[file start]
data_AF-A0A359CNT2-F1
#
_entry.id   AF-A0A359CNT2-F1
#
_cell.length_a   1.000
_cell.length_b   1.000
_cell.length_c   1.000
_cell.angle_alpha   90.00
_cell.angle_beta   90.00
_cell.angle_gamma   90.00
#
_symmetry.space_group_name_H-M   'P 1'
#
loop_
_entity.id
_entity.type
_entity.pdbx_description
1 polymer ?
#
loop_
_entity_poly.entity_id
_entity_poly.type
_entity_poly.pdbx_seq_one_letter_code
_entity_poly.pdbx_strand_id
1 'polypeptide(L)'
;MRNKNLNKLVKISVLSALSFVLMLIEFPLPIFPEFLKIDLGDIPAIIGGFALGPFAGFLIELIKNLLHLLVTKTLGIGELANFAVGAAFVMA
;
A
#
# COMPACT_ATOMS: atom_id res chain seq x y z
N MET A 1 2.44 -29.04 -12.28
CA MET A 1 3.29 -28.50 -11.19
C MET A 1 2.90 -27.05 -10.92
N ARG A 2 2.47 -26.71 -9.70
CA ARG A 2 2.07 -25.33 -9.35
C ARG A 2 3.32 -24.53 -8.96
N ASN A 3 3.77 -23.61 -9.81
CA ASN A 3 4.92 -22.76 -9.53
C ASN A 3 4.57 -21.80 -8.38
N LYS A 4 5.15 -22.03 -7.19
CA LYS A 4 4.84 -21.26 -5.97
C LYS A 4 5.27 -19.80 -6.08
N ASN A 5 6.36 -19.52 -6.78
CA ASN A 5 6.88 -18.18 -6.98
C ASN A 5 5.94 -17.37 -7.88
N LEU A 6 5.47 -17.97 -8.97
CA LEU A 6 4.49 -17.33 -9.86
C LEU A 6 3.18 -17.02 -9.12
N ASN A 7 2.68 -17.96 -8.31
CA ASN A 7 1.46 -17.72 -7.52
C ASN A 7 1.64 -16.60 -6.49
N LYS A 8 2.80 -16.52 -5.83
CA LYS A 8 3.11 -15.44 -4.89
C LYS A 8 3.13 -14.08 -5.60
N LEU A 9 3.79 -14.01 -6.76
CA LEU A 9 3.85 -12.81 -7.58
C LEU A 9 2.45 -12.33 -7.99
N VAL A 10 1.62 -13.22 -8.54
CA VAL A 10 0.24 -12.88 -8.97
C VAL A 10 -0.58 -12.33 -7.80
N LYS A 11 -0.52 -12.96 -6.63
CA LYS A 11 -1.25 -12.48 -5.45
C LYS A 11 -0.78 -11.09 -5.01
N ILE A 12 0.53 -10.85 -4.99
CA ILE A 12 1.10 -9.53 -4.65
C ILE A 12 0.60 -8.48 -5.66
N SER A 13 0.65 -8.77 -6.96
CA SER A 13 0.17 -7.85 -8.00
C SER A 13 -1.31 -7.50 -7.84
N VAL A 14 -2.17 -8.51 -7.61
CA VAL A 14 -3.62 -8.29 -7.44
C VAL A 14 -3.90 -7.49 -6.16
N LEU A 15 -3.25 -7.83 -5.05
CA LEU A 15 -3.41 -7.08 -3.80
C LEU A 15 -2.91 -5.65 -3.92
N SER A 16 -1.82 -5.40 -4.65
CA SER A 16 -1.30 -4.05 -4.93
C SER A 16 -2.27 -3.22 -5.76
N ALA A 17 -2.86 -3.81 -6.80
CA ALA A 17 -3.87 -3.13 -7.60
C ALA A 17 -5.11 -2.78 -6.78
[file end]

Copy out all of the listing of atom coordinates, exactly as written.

data_AF-A0A359CNT2-F1
#
_entry.id   AF-A0A359CNT2-F1
#
_cell.length_a   1.000
_cell.length_b   1.000
_cell.length_c   1.000
_cell.angle_alpha   90.00
_cell.angle_beta   90.00
_cell.angle_gamma   90.00
#
_symmetry.space_group_name_H-M   'P 1'
#
loop_
_entity.id
_entity.type
_entity.pdbx_description
1 polymer ?
#
loop_
_entity_poly.entity_id
_entity_poly.type
_entity_poly.pdbx_seq_one_letter_code
_entity_poly.pdbx_strand_id
1 'polypeptide(L)'
;MRNKNLNKLVKISVLSALSFVLMLIEFPLPIFPEFLKIDLGDIPAIIGGFALGPFAGFLIELIKNLLHLLVTKTLGIGELANFAVGAAFVMA
;
A
#
# COMPACT_ATOMS: atom_id res chain seq x y z
N MET A 1 2.44 -29.04 -12.28
CA MET A 1 3.29 -28.50 -11.19
C MET A 1 2.90 -27.05 -10.92
N ARG A 2 2.47 -26.71 -9.70
CA ARG A 2 2.07 -25.33 -9.35
C ARG A 2 3.32 -24.53 -8.96
N ASN A 3 3.77 -23.61 -9.81
CA ASN A 3 4.92 -22.76 -9.53
C ASN A 3 4.57 -21.80 -8.38
N LYS A 4 5.15 -22.03 -7.19
CA LYS A 4 4.84 -21.26 -5.97
C LYS A 4 5.27 -19.80 -6.08
N ASN A 5 6.36 -19.52 -6.78
CA ASN A 5 6.88 -18.18 -6.98
C ASN A 5 5.94 -17.37 -7.88
N LEU A 6 5.47 -17.97 -8.97
CA LEU A 6 4.49 -17.33 -9.86
C LEU A 6 3.18 -17.02 -9.12
N ASN A 7 2.68 -17.96 -8.31
CA ASN A 7 1.46 -17.72 -7.52
C ASN A 7 1.64 -16.60 -6.49
N LYS A 8 2.80 -16.52 -5.83
CA LYS A 8 3.11 -15.44 -4.89
C LYS A 8 3.13 -14.08 -5.60
N LEU A 9 3.79 -14.01 -6.76
CA LEU A 9 3.85 -12.81 -7.58
C LEU A 9 2.45 -12.33 -7.99
N VAL A 10 1.62 -13.22 -8.54
CA VAL A 10 0.24 -12.88 -8.97
C VAL A 10 -0.58 -12.33 -7.80
N LYS A 11 -0.52 -12.96 -6.63
CA LYS A 11 -1.25 -12.48 -5.45
C LYS A 11 -0.78 -11.09 -5.01
N ILE A 12 0.53 -10.85 -4.99
CA ILE A 12 1.10 -9.53 -4.65
C ILE A 12 0.60 -8.48 -5.66
N SER A 13 0.65 -8.77 -6.96
CA SER A 13 0.17 -7.85 -8.00
C SER A 13 -1.31 -7.50 -7.84
N VAL A 14 -2.17 -8.51 -7.61
CA VAL A 14 -3.62 -8.29 -7.44
C VAL A 14 -3.90 -7.49 -6.16
N LEU A 15 -3.25 -7.83 -5.05
CA LEU A 15 -3.41 -7.08 -3.80
C LEU A 15 -2.91 -5.65 -3.92
N SER A 16 -1.82 -5.40 -4.65
CA SER A 16 -1.30 -4.05 -4.93
C SER A 16 -2.27 -3.22 -5.76
N ALA A 17 -2.86 -3.81 -6.80
CA ALA A 17 -3.87 -3.13 -7.60
C ALA A 17 -5.11 -2.78 -6.78